Furthermore, ARM has yet to reach the mega-core, high power regions where Intel delivers today.

          It’s a lose-lose-lose decision by Apple.

          1. “Furthermore, ARM has yet to reach the mega-core, high power regions where Intel delivers today.”

            Did you miss the comments here that a Japanese group chose to implement ARM in a supercomputer and that computer just won the ranking as the most powerful supercomputer in the world, by a factor of 2.8 times over the second place supercomputer and it also won all four workload metrics which is the first time that has ever happened.

            What was that you were saying?

          2. Wow, we’re back to the CISC vs. RISC argument? You’re about 15 years behind the curve. Got news for ya Jack, all CISC chips have RISC components and vice versa. There is no pure version of one or the other any more. I wouldn’t bet against THE MOST VALUABLE COMPANY IN THE WORLD.

    2. Why “industry leading performance” has been preordained? Did you not receive the OTA user Kool Aid upgrade? Just as anything else anyone does will “pre-suck”.

        1. Yep. Not just the fastest by a small margin. It is 2.8 times faster than second place and also won all four workload metrics which has never happened before in supercomputer rankings.

          1. The point is that the designer thought he could get substantially better performance using an array of ARM cores rather than using Intel… and proved it.

          2. Thanks to TxUser for pointing out the obvious which you missed completely. They chose ARM instead of Intel and created a supercomputer that blew everything else away. The ARM versus Intel argument is not theoretical anymore. It has been proven in the real world and ARM won by a couple miles.

            1. Really? Real world node to node and core to core?
              If it wasn’t for power concerns, not the case.

              How many nodes is your Mac going to have?

              Clueless or shill. Which one are you?

          3. I happen to have some inside knowledge about this. Cray is going all in on ARM as are others. In a year or two the top five supercomputers in the world are going to be ARM systems.

          4. “Real world node to node and core to core?”

            You’re an Intel apologist now I see. There is no such thing as node to node and core to core in the real world. It’s system against system. You’re still missing the point. People here are trying to argue that ARM can’t “reach the mega-core, high power regions where Intel delivers today.” That argument was just utterly destroyed. Sorry Intel fanboi.

          5. “No I’m a cisc apologist.”

            That explains a lot. However, it turns out RISC is superior for AI models and many other computing tasks. Simple and fast works better. CISC is definitely better in other cases. Both have pros and cons. With RISC the low wattage and cost means you can throw a bunch more at a given computing problem and the system becomes much more flexible and powerful than anything you could design using CISC. I won’t get into the details. The physics argument I saw you presenting tells me you’re not technical enough to understand it. The easy version is that because of the lower power and cost of RISC you can design a system that is very CISC-like and still have all the advantages of RISC. By the way CISC would fall victim to your physics argument sooner than RISC.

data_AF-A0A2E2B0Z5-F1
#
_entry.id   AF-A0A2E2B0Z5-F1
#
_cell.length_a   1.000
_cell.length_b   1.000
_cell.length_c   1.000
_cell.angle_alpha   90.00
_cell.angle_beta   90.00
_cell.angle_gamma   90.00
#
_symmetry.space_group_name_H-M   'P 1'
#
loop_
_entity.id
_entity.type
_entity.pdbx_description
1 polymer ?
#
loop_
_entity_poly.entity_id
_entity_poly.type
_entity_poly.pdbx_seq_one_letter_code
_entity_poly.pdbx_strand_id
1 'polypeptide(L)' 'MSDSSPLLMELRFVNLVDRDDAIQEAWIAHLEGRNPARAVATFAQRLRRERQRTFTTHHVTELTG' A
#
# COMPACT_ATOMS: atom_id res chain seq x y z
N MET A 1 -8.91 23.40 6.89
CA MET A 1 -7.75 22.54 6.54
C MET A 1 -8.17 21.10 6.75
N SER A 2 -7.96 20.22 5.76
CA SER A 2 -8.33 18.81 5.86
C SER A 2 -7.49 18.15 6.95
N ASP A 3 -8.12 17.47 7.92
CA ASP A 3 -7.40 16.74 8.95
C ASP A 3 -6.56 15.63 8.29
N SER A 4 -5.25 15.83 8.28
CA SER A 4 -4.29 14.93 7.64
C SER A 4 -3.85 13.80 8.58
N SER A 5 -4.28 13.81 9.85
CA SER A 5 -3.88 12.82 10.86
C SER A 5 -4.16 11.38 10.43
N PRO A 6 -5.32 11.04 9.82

1. “There is no such thing as node to node and core to core in the real world. It’s system against system.”

              And you’re technical with that comment? Next step is you’re going to tell me that you’re iPhone is better than the second fastest supercomputer because the current fastest is using ARM. What a maroon!

          6. “Next step is you’re going to tell me that you’re iPhone”

            Why would I tell you that “you are iPhone”? Plus you didn’t address anything I said. Why? Because you can’t. Truth is you were just trying to piss on Apple about ARM and you didn’t even know an ARM system just destroyed all other supercomputers in the world. It is obvious you don’t know what you are talking about. Have a nice day CISC fanboi.

            1. Simple and fast works better… when you have a lot of them. For single cpu desktop I’m not convinced ARM is better. But enjoi yer ‘puter dude!

  3. It’s got me planning my return to Windows. So far I’ve picked out my PC case, monitor, and keyboard. The rest awaits the Cyberpunk 2077 system requirements. I switched to the Mac the same month the Mac Mini got a real GPU 11 years ago, because it could run my games and work with my monitor. I replaced it with a maxed out 5K iMac when that monitor died in 2014. When I pre-ordered Cyberpunk 2077 I started preparing to get a new computer. As a computer gamer for 33 years, there’s no way Apple can keep me if their products can’t play AAA games. Since they actively avoid anything that would bring those games to Mac OS, dropping Bootcamp is the surest way to loose Mac users that game.

  4. My 2019 16-inch MacBook Pro is not much faster than my 2012 MacBook Pro (with SSD upgrade) Intel has been sleeping for the past 10 years. Time for Apple to move on.

  5. I’m waiting for the Apple silicon-based iMac before I buy again. I don’t care how long Intel Macs and upgrades are in the pipeline. I just hope it’s within the next year rather than 2 years.

  6. I hope Apple NEVER allows the case where you can use a stupid touch screen app on a professional MBP. And I hope that they don’t converge MacOS to look more and work like iOS.

    I’ve liked the idea of getting 2 computers (Mac and a PC if you load windows via bootcamp or VMware) in one when you buy an intel Mac. This will be no more, not sure I like this.

    1. it miggt. apples hard arm based windows for a few years now. much the same way you will loose access to alot of traditional programs unless they have an emulation layer. while th9s is good it would have been better if they had done this before mocrosoft did as it looks like they are copying windows development pipeline.